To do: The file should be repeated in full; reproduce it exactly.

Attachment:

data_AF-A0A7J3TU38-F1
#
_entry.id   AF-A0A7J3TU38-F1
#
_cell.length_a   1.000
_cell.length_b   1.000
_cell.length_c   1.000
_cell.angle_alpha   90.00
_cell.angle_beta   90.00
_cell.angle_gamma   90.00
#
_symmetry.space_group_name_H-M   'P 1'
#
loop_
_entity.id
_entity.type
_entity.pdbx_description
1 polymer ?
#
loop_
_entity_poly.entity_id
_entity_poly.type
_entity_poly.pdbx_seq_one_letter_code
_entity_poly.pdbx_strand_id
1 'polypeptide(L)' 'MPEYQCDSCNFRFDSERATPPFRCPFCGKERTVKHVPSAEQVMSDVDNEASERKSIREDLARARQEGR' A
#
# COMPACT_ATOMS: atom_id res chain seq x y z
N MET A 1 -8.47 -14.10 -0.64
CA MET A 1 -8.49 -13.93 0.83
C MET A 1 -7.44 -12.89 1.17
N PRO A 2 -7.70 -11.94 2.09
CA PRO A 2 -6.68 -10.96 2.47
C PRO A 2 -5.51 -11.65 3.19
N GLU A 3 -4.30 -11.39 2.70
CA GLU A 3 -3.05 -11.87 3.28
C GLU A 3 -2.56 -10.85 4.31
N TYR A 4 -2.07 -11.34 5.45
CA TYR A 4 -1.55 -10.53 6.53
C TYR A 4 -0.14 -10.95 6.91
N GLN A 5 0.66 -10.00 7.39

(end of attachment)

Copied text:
data_AF-A0A7J3TU38-F1
#
_entry.id   AF-A0A7J3TU38-F1
#
_cell.length_a   1.000
_cell.length_b   1.000
_cell.length_c   1.000
_cell.angle_alpha   90.00
_cell.angle_beta   90.00
_cell.angle_gamma   90.00
#
_symmetry.space_group_name_H-M   'P 1'
#
loop_
_entity.id
_entity.type
_entity.pdbx_description
1 polymer ?
#
loop_
_entity_poly.entity_id
_entity_poly.type
_entity_poly.pdbx_seq_one_letter_code
_entity_poly.pdbx_strand_id
1 'polypeptide(L)' 'MPEYQCDSCNFRFDSERATPPFRCPFCGKERTVKHVPSAEQVMSDVDNEASERKSIREDLARARQEGR' A
#
# COMPACT_ATOMS: atom_id res chain seq x y z
N MET A 1 -8.47 -14.10 -0.64
CA MET A 1 -8.49 -13.93 0.83
C MET A 1 -7.44 -12.89 1.17
N PRO A 2 -7.70 -11.94 2.09
CA PRO A 2 -6.68 -10.96 2.47
C PRO A 2 -5.51 -11.65 3.19
N GLU A 3 -4.30 -11.39 2.70
CA GLU A 3 -3.05 -11.87 3.28
C GLU A 3 -2.56 -10.85 4.31
N TYR A 4 -2.07 -11.34 5.45
CA TYR A 4 -1.55 -10.53 6.53
C TYR A 4 -0.14 -10.95 6.91
N GLN A 5 0.66 -10.00 7.39